As the calendar turns to 2016 this Friday, the minimum wage will increase in 14 states and a number of cities, and two other states have enacted increases that take effect later in the year. Unfortunately, Wisconsin isn’t one of them. In fact, Wisconsin is one of the 21 states where the minimum wage is just $7.25 per hour and has been stuck at that amount since the last increase in the federal minimum, which was almost seven years ago.
Here are some examples of the 16 state minimum wage increases that take effect in 2016. (These figures are for the general minimum wage, which in many states does not apply to tipped employees.)
- Arkansas – The minimum wage will be $8.00 an hour in 2016 and $8.50 in 2017, compared to $7.50 in 2015.
- California and Massachusetts – $10.00 an hour (vs. $9.00 now)
- Connecticut, Rhode Island and Vermont – $9.60 an hour (from $9.00 or $9.15 now)
- Maryland – $8.75 an hour (from $8.00 in 2015, and increasing to $10.10 in 2018)
- Michigan – $8.50 an hour (from $8.15)
- Minnesota – $9.50 an hour (from $9.00)
- Nebraska – $9.00 an hour (compared to $8.00 in 2015)
Wisconsin Should Do More to Build On This Success
The federal government made a big difference in the lives of struggling people in 2014, showing the powerful role governments can play in creating opportunity and helping people build a more secure future. An analysis of new data from the Census Bureau demonstrates the success of federal programs and underscores the need for Wisconsin to do more to build on that success through its own opportunity-expanding policies, such as increasing the minimum wage and reversing cuts to the state’s Earned Income Tax Credit.
Almost one in five Wisconsin children live in families that made so little in 2014 that they were below the federal poverty level, according to new Census Bureau data released last week – meaning that they couldn’t afford basic necessities. The poverty level is currently $11,770 for a single person and $24,250 for a family of four. Fortunately, key safety net supports are keeping millions from living in dire circumstances, something not captured in the official poverty measure. Read more
Wisconsin Needs to Make Investments that Help Put People on the Path to Economic Security
Many Wisconsin families continue to struggle to make ends meet, according to new figures released today. We have our work cut out for us to make sure that all Wisconsin families have the opportunity to build a better, more secure future for themselves.
Five years into the nation’s recovery from recession, Wisconsin’s working families remain considerably worse off than they were before. Nearly three-quarters of a million Wisconsinites lived in poverty in 2014, according to today’s release of new Census data, which is 150,000 more than in 2007. Poverty is more prevalent among children than adults, with about 1 in 6 Wisconsin kids in poverty last year. Read more
A new report issued in conjunction with the Labor Day weekend by COWS provides a thorough examination of Wisconsin job numbers, wages, poverty, and job quality, and it provides a sobering assessment of how working people in Wisconsin are doing:
“Wisconsin faces slow growth, extreme racial disparity in unemployment, long-term stagnation in wages, and one-fourth of workers struggling in poverty-wage jobs.”
The new COWS report – The State of Working Wisconsin 2015 – illustrates that as the national economy has gradually rebounded following the Great Recession, Wisconsin’s job growth has lagged behind. COWS’ analysis concludes that “if Wisconsin had enjoyed the same rate of job growth as the rest of the nation across the course of the recovery, the state would have 90,000 more jobs today.” The national growth rate from January 2011 through June of this year was 60% faster than the job growth Wisconsin experienced during that time.. Read more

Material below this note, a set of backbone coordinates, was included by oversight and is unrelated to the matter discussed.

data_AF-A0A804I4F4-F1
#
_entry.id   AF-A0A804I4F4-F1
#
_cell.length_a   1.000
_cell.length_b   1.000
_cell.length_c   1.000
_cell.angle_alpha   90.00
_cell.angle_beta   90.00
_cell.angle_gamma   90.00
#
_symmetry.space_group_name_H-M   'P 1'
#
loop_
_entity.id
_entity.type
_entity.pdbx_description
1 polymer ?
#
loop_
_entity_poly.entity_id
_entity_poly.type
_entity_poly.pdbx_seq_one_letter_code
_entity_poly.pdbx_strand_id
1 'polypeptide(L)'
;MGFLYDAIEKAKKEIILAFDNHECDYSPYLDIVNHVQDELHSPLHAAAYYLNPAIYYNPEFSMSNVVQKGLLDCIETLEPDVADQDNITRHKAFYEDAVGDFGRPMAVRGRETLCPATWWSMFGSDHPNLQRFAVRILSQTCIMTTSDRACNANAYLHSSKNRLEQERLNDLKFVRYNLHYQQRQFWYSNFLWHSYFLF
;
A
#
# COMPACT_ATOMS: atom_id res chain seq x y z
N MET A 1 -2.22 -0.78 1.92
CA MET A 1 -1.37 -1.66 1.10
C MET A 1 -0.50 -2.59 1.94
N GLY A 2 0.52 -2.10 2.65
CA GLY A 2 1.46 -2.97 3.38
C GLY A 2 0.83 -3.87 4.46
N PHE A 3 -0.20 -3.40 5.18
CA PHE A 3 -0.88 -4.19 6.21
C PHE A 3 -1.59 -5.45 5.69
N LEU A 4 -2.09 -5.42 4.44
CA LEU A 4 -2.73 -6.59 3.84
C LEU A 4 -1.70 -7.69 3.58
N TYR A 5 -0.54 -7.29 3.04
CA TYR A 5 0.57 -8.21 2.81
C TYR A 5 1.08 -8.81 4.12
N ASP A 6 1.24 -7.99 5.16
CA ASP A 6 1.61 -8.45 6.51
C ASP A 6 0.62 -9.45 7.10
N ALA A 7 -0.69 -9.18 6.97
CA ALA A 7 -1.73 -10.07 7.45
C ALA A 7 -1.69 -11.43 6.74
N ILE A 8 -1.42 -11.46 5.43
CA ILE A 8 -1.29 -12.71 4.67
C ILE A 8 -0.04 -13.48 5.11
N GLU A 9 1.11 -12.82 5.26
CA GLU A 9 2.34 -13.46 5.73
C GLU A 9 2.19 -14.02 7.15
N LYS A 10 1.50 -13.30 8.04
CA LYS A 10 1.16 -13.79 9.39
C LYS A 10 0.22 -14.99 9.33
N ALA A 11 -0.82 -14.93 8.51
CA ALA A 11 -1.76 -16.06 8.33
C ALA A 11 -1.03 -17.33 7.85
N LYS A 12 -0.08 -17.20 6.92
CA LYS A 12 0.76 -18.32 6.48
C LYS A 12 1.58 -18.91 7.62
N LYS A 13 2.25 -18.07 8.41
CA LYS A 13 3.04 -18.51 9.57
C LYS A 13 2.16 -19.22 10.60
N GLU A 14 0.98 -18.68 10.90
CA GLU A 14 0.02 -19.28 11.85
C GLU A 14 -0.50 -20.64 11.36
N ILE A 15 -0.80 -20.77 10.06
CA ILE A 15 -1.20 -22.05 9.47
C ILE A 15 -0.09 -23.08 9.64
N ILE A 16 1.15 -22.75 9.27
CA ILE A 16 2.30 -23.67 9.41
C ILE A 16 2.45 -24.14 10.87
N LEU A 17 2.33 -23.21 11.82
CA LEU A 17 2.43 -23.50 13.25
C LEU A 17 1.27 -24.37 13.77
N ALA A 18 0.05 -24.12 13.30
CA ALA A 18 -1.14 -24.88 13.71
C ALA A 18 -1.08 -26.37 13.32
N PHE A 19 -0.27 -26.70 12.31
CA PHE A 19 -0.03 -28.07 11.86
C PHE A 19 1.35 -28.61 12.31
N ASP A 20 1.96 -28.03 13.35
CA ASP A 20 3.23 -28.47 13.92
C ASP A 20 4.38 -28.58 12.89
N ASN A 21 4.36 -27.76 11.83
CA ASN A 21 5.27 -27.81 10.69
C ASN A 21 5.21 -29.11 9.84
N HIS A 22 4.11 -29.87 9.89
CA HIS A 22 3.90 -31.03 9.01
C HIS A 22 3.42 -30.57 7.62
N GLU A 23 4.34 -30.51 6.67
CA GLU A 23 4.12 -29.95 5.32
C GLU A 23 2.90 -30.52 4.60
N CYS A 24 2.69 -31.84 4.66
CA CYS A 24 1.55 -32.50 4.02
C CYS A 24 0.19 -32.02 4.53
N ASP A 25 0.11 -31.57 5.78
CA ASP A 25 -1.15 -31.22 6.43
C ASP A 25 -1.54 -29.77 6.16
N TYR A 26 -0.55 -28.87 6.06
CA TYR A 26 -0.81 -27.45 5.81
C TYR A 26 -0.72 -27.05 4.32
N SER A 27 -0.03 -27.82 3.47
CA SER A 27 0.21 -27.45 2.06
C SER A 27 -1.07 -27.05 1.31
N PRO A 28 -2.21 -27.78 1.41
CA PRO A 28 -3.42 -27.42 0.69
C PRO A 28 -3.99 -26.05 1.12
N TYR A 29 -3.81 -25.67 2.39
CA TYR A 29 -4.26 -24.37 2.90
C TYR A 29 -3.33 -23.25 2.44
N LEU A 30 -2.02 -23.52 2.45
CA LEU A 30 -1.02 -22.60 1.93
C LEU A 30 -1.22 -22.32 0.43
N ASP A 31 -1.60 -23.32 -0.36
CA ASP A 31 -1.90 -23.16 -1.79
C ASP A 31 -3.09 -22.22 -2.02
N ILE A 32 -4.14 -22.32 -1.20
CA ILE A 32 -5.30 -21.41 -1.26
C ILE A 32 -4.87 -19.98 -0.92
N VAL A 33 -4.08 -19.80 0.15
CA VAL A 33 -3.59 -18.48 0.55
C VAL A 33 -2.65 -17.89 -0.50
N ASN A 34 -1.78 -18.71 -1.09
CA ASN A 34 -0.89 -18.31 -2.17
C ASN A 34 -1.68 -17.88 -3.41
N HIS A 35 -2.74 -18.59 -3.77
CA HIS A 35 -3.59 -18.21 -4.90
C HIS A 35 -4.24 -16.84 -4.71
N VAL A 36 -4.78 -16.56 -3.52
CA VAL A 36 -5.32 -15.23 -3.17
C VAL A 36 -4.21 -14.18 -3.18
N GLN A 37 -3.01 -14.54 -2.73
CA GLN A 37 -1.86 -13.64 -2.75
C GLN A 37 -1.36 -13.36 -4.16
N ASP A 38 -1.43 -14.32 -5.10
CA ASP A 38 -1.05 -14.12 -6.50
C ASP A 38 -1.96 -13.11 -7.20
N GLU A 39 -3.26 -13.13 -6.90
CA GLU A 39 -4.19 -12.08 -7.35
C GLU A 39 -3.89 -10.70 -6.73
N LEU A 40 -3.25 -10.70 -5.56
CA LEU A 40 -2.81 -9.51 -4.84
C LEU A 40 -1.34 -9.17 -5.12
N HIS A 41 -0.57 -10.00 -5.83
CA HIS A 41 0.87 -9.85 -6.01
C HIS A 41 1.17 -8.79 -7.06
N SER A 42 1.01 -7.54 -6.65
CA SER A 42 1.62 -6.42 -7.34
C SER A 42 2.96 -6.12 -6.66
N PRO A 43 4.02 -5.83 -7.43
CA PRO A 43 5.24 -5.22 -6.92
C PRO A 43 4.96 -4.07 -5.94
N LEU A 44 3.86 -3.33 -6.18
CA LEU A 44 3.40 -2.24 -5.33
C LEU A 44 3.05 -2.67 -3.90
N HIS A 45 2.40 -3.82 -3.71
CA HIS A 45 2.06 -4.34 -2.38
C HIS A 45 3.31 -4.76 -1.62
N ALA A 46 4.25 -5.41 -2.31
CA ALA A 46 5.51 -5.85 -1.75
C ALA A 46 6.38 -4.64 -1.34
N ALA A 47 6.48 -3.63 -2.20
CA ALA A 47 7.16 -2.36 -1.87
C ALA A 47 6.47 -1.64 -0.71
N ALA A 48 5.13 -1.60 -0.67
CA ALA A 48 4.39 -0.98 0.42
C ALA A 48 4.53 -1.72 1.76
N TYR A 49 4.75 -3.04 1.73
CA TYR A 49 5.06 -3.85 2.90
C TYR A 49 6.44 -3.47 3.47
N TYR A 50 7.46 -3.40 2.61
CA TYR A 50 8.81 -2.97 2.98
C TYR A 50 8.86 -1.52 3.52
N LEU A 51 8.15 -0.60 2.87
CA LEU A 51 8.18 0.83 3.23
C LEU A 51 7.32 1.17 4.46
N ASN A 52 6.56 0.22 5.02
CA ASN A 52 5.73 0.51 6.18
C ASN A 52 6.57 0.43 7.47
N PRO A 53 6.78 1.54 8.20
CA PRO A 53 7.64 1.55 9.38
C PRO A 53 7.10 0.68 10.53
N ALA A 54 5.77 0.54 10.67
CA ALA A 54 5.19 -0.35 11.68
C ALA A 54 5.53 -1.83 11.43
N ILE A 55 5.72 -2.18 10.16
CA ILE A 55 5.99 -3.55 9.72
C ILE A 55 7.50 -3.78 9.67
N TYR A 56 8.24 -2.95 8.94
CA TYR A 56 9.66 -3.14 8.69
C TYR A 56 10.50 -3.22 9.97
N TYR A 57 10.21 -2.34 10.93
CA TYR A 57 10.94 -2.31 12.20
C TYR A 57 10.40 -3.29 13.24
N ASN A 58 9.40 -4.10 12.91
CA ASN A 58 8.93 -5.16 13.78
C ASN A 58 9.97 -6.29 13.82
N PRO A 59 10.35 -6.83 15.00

Women are vastly-overrepresented in jobs that pay low wages, in Wisconsin and across the country, according to a new report from the National Women’s Law Center.
Women’s educational attainment and work experience have increased dramatically in recent decades, but they are still far more likely than men to work at low-wage jobs, which are defined in the report as jobs that pay $10.10 an hour or less. In Wisconsin, 1 in 5 women work in low-wage jobs – adding up to nearly a quarter of a million workers. In contrast, only about 1 in 12 men in Wisconsin work in low wage jobs. Put another way, Wisconsin women are 2.3 times as likely as Wisconsin men to work for low wages.
Many women who work in low-wage jobs are parents, according to the report. Nearly one-third of women nationally who work at low-wage jobs are mothers, and nearly half of these mothers are single. Read more
A Decade in the Wrong Direction: Wisconsin Student Poverty Rate Increases for the 10th Consecutive Year
A recent release from the Wisconsin Department of Public Instruction reports upsetting news concerning the state’s student poverty rate. The percentage of Wisconsin children representing low-income families has increased for yet another year.
In the 2013-14 school year 43.3 percent of students were eligible for free or reduced-price school lunches. Although this is only an increase of one-tenth of a percentage from the previous academic year, it is important to note that this pattern of seemingly small increases over the past decade has led to a near 14 percentage increase in the number of Wisconsin’s children who are from low-income families and thus, eligible for free or reduced-price lunch.
Students who are in families with an annual income that is less than 130% of the federal poverty level quality for free school meals, while students in families earning more than the 130% but less than 185% of the federal poverty level are eligible to receive reduced-price lunches. Read more